ProduceRx: Connecting Patients and Healthcare Teams With Fresh and Local Ingredients

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In August 2016, providers in the Penn State Health System in Central Pennsylvania will be able to prescribe a weekly box of fresh and locally grown produce to patients identified as either at-risk for chronic disease or food insecure through a new innovative program called Penn State ProduceRx.

Food prescription programs are starting to crop up around the country, but unlike many similar programs, this novel program integrates all members of the patients’ health care team. Research has shown that simply increasing access to fruits and vegetables is not enough to change eating habits. ProduceRx will increase access to fruits and vegetables as well as provide a nutritional education component in collaboration with registered dietitians, dietetic interns and medical students from the Penn State Milton S. Hershey Medical Center (PSHMC).

Participants will receive nutritional education through weekly printed newsletters and biweekly YouTube cooking videos. The YouTube videos may feature guest physicians, community members, health administrators and other health care workers in an attempt to sustainably connect the community to this initiative. Local farmers will also be included in the newsletters and videos, in an effort to highlight those individuals directly contributing to the health and wellbeing of their community.

Sarayna Schock, a first-year medical student native to central Pennsylvania, developed the ProduceRx program. She has strong ties to the local community and her own personal struggles with weight throughout her childhood inspired the program’s creation. Her goal was to target adolescent patients and their families, whom similar to her own, worked full-time and had little nutritional education. She became inspired to change the local food system and provide adolescent patients and their families the tools they need to utilize fresh and local fruits and vegetables in their diet. After enlisting in the Air Force and traveling to the “blue zone” of Okinawa, she began to understand the value of fresh produce, the crucial role it plays in the diet, and its impact on overall health and longevity. (‘Blue zones’ refer to areas of the world where people experience long life expectancies and very low rates of chronic diseases).

The program follows a Community Supported Agriculture (CSA) structure, where local farms offer a certain number of shares to the public. The initial partnering farm, Strites’ Orchard, will open up their pre-existing CSA delivery points across Central PA to ProduceRx participants in order to increase accessibility of the program to patients who do not live within the immediate area of PSHMC. Strites’ Orchard will offer the CSA shares at a discounted price. Grant funding will be used to further subsidize the shares, so that participants will pay an affordable $10 weekly copayment. EBT/SNAP benefits may be used to pay this copayment.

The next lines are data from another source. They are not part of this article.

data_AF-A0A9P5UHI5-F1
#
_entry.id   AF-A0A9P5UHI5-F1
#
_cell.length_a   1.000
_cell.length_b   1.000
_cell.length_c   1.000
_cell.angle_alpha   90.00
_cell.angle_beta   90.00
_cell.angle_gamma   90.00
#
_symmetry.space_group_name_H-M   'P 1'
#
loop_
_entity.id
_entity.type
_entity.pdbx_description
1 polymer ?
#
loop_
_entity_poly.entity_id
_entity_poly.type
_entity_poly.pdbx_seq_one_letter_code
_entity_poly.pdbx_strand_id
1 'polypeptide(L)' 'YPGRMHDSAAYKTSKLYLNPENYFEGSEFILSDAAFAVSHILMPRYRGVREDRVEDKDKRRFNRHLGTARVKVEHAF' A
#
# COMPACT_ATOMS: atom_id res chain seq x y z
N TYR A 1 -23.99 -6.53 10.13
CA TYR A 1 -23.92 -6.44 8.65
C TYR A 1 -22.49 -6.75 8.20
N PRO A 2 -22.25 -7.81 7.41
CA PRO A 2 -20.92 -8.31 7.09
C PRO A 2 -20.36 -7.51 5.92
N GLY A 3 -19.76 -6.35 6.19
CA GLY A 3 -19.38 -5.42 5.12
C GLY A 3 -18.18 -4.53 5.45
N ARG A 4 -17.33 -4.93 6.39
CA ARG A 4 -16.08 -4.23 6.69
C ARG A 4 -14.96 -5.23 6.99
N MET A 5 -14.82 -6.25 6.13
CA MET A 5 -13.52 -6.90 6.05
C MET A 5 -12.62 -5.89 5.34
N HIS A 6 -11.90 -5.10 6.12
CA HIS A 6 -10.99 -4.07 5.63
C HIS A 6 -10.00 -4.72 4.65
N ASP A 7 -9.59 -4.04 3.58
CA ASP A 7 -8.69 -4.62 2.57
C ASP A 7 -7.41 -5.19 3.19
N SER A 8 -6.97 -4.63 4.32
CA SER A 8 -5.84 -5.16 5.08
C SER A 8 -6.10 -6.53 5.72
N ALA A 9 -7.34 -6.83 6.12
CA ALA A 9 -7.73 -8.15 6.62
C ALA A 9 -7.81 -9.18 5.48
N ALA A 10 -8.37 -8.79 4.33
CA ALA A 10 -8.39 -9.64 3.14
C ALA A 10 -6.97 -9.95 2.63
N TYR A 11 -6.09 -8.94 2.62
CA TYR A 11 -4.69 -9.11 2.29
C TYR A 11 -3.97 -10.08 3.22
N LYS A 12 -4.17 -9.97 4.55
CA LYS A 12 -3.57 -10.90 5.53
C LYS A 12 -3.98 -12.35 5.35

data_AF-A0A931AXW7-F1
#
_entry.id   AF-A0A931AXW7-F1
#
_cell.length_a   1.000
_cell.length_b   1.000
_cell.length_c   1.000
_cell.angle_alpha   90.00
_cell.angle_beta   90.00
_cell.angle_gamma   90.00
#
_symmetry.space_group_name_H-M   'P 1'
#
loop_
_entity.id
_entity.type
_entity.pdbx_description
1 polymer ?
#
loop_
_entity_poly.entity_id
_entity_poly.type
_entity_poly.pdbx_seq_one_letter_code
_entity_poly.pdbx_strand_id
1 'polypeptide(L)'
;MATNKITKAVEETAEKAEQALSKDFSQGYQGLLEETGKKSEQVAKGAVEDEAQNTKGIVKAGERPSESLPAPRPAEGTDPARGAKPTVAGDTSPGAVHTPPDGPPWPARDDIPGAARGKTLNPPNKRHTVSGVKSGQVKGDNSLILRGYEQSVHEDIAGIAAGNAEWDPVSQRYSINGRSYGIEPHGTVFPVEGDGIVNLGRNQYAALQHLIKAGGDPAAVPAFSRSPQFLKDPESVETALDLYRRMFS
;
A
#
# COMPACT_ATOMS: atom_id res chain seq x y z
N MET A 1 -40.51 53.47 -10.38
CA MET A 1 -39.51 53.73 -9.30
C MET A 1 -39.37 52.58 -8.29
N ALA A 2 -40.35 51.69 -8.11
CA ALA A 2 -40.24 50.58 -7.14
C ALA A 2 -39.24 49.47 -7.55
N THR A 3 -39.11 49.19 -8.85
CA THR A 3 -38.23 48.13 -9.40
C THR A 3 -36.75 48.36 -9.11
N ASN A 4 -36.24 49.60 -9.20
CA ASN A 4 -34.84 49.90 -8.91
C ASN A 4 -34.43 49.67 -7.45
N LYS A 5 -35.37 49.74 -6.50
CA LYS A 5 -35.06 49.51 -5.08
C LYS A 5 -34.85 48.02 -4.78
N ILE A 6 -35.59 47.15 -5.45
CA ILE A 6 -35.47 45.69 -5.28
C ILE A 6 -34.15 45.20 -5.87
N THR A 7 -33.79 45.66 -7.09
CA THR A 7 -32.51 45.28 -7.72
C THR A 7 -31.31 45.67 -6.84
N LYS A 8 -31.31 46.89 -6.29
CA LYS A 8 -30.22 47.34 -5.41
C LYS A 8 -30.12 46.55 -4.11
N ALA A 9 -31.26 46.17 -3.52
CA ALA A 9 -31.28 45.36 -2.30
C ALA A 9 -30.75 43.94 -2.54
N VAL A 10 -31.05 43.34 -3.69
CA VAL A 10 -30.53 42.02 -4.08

ProduceRx will not be contractual like most existing CSA programs, which require an upfront payment for an entire season of produce. Instead, ProduceRx will allow the patient to order CSA shares on a weekly basis. These weekly shares will consist of six to eight different fruits and vegetables grown locally and harvested just prior to packaging. Following Strites’ existing CSA model, all participants will receive identical produce in their share. This will allow the ProduceRx team to develop recipes, create cooking videos and provide nutritional tips to all participants based specifically around their weekly share. As an additional incentive, patients will be able to visit Strites’ farm on open “U-pick” days and pick additional fruit and vegetables at no cost.

This holistic community-centered approach will facilitate connectedness and solidarity between the healthcare system and those it serves. ProduceRx has the potential to set a precedent for other health systems across the country. While the PSHMC and Penn State College of Medicine are located more rurally than most academic medical centers, the ProduceRx model may be replicable at urban health care institutions where the local community has strong ties to farmers already delivering produce to the community.

ProduceRx aims to support patient health, improve patient outcomes and make quality produce more accessible and affordable to patients. The program will consist of a research component to examine its feasibility and measure its impact and influence on patients’ lives and eating habits. Research data from this program will allow for adjustment and tailoring of future interventions to best meet participating patients’ and prescribers’ needs.

It is well understood that many clinic visits and comorbidities are associated with underlying weight and nutrition issues. It is essential that health care workers have time to adequately address these acute issues and be able to provide a reasonable means to tackle the pertinent underlying chronic issues of poor nutrition and obesity. Although providers may attempt to discuss nutrition with patients as clinic time permits, the information provided may be disconnected from the patient’s reality. Providers may prescribe nutritional advice to a family without providing the patient with adequate information on procuring or preparing fresh produce. Penn State ProduceRx recruits an entire community of resources to improve access to fresh, quality, nutritious foods, while simultaneously providing comprehensive nutritional education to patients and their families. Patients and providers will soon begin to have the tools they need to make healthful eating a sustainable reality for the patients who need it most.

As Hippocrates said, “Let food be thy medicine and medicine be thy food.”

Sarayna Schock

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